When Dan Kruse returns to the Arizona Senior Academy on Wednesday (Sept. 26) for the final program in his ethnomusicology series, he will dive into one of the enduring questions of any study of music. What is its real meaning in our own experiences and those we share? How is it manifested and sustained?
In “Music and Meaning,” he will examine ritual, political expression, and shared identities in such musical genres as chants, national anthems, and Zydeco music. Reflections and insights from the audience will conclude the 90-minute program, which begins at 3:00 p.m.
Common to many cultures, a musical chant may signify a bountiful harvest, a wedding, or a religious rite that brings people together in a shared celebration. In the 1960s, many non-Asian peoples discovered the beauty and spiritually healing powers of Buddhist meditative chants.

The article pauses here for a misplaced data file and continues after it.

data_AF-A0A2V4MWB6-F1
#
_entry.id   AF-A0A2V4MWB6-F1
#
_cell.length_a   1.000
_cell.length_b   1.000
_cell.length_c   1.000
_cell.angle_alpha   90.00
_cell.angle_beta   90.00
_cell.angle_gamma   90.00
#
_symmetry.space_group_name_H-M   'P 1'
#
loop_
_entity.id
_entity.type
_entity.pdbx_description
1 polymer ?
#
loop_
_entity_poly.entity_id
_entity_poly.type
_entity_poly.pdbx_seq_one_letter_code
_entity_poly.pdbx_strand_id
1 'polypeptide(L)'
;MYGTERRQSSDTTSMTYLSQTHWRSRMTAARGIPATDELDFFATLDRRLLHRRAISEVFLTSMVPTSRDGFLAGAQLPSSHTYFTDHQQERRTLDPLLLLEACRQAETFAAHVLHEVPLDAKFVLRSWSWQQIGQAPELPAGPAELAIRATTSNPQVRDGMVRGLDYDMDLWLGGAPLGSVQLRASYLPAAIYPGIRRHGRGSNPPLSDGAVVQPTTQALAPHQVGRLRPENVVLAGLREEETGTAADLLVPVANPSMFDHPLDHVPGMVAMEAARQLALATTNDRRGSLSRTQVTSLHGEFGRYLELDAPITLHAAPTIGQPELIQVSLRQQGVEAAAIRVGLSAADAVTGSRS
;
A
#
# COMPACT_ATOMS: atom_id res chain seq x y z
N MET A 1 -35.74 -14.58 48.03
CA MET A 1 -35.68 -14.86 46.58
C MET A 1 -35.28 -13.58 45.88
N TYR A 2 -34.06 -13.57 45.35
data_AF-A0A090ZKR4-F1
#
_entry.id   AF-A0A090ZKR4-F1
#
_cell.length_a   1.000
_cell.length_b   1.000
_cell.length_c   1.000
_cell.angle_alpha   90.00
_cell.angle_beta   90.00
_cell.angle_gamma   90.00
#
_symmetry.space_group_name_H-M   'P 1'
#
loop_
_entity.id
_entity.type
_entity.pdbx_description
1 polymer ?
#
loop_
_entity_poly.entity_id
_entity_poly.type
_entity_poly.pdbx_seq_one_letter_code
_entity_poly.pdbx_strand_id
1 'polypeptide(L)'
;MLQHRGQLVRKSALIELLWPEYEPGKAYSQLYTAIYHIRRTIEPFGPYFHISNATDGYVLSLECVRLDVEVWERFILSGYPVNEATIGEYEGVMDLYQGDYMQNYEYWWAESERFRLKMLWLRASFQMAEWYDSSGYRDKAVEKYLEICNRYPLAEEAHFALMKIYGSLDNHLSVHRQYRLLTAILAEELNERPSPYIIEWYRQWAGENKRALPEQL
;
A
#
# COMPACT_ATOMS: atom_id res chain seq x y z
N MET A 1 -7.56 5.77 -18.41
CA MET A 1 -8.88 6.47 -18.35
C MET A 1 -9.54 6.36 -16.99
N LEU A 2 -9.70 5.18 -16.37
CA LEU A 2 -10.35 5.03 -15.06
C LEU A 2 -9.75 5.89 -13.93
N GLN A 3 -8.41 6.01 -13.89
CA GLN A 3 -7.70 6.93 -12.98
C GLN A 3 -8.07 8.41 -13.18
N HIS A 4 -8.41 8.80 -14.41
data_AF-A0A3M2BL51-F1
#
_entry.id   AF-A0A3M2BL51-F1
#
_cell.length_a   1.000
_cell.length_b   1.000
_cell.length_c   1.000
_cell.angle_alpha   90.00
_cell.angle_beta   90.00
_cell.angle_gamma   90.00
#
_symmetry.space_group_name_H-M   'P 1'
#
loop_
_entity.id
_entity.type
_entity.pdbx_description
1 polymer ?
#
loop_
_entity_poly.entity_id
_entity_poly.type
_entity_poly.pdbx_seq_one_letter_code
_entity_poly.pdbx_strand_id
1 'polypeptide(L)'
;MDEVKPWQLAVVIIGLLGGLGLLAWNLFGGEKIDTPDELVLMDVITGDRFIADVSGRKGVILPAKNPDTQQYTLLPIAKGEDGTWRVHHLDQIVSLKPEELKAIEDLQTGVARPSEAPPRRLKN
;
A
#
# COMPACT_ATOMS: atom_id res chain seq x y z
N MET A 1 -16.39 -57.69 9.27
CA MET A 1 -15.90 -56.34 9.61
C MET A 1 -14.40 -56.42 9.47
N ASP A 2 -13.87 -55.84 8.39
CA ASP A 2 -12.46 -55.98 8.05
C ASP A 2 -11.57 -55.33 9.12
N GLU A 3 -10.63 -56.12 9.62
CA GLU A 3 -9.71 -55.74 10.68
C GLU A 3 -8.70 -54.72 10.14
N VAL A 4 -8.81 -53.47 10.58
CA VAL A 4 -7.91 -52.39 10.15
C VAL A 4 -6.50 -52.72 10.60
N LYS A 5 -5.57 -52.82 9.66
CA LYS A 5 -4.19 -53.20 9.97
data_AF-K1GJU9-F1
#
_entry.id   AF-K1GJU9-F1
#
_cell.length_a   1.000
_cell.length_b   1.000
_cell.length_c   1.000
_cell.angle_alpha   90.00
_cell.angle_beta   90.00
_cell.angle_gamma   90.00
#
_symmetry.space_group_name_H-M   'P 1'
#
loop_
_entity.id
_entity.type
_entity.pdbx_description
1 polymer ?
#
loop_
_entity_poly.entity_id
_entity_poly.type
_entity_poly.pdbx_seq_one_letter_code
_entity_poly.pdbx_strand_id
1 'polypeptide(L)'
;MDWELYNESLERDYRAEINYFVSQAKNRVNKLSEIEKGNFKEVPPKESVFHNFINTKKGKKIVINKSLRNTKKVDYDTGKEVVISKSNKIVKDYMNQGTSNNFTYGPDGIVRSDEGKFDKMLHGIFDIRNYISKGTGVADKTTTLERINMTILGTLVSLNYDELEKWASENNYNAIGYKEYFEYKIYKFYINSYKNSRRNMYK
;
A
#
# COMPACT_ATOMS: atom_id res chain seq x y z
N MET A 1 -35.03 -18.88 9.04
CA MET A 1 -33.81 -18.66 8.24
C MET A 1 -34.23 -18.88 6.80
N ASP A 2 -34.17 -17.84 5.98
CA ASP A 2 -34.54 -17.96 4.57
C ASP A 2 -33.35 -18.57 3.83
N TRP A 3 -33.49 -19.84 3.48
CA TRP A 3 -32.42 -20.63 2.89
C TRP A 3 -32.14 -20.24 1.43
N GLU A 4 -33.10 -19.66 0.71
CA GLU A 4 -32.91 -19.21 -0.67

The patriotic lyrics and martial music of national anthems also unite people in a common cause except when they don’t, as we presently see at sports events here and abroad. Our own anthem celebrating a victorious battle in “the land of the free and the home of the brave” borrowed the melody of a drinking song from an exclusive English gentleman’s club. Some protesters construe the lyrics in the third stanza as a celebration of slavery.
The music of “La Marseillaise,” commemorating the 1792 declaration of war between France and Austria, was so stirring that Napoleon banned it during the Revolution and Tchaikovsky borrowed it for the opening of his “1812 Overture.”
Zydeco, a genre of rhythm and blues expressive of the rural, insular lifestyle of southwest Louisiana, sprang from the music of French Creoles and native peoples. So did its traditional instruments of washboards and button or piano accordions.
Written by Caroline Bates, Academy Village Volunteer